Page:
The xylospongium, also known as sponge on a stick, is the ancient precursor of the modern toilet brush. It consists of a wooden stick ( Greek: ξύλον, Xylon) with a sponge (Greek: Σπόγγος, Spongos) fixed at one end.
In the classical antiquity a xylospongium might be used in the same way as we use a toilet brush. All primary sources implicate the use of a xylospongium in the context of ancient latrines, but none clarifies the handling exactly.
In the baths of the seven sages in Ostia, a fresco from the 2nd century contains the Inscription (u)taris xylosphongio which is the first known mention of the term. Also in the early second century a papyrus letter of Claudius Terentianus to his father Claudius Tiberianus uses the term xylospongium in a phrase.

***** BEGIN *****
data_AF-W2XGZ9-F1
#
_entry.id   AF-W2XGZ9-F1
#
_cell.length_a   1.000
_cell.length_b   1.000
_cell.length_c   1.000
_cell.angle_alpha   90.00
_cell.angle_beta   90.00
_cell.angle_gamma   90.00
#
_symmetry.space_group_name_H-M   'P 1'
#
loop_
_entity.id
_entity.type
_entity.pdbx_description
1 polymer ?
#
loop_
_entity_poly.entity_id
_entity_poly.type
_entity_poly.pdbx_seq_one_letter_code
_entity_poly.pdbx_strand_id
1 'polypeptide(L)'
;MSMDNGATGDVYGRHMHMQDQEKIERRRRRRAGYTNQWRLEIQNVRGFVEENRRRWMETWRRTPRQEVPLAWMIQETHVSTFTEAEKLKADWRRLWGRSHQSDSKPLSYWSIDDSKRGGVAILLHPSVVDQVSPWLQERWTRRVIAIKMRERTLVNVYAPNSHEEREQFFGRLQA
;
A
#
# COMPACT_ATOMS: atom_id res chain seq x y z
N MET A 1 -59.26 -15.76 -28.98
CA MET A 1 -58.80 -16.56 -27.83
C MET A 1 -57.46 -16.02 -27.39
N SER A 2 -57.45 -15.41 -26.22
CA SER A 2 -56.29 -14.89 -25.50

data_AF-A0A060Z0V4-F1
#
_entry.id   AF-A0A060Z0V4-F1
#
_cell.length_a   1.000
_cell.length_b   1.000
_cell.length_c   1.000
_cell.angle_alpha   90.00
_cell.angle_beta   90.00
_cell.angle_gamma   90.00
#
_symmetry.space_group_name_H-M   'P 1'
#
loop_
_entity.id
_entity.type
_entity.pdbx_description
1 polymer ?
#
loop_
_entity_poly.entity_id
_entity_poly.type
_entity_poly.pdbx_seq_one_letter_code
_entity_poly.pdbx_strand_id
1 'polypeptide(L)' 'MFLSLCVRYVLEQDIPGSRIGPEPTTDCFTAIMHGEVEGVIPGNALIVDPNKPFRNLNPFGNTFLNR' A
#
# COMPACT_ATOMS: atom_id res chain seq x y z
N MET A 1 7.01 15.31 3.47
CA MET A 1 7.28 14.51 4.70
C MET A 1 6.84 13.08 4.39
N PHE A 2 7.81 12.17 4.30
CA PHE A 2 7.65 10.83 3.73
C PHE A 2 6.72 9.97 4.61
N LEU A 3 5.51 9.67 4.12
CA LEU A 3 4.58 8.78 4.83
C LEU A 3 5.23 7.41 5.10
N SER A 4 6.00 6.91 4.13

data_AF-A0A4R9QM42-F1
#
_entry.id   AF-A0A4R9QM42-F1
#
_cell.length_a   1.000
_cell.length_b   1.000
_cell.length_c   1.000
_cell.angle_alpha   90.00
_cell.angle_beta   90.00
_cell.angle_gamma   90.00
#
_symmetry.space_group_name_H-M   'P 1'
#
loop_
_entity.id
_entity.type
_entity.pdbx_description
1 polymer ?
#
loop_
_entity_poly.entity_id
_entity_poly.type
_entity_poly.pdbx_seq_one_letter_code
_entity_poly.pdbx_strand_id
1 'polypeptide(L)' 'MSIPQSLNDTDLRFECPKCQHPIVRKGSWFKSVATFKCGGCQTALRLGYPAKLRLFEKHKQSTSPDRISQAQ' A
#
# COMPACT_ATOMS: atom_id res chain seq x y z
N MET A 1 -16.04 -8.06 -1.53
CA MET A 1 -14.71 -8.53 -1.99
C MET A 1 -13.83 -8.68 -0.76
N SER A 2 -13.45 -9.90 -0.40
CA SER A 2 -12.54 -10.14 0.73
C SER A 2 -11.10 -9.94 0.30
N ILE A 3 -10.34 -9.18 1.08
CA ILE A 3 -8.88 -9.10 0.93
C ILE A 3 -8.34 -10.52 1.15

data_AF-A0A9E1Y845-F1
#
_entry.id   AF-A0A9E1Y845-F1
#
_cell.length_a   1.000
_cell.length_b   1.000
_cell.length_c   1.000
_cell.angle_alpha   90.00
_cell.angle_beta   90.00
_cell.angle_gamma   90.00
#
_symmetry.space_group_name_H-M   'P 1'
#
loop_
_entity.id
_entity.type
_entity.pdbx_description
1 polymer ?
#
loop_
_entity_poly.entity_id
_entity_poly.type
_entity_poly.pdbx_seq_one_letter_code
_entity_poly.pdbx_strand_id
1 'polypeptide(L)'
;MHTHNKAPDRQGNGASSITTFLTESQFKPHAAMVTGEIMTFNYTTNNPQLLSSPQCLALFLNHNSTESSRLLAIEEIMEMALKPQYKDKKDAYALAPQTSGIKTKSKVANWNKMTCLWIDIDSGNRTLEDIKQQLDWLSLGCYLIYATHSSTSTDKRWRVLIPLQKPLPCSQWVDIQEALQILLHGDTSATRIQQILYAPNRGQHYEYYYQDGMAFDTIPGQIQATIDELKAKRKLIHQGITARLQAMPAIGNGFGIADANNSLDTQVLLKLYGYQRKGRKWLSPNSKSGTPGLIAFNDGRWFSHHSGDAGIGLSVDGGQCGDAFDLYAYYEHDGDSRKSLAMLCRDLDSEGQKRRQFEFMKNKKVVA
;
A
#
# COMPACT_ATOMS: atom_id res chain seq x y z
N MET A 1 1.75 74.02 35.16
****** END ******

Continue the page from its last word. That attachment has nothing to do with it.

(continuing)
In the middle of the first century Seneca reported that a Germanic gladiator had committed suicide with a sponge on a stick. The German hid himself in the latrine of an amphitheater and pushed the wooden stick into his gullet and choked to death.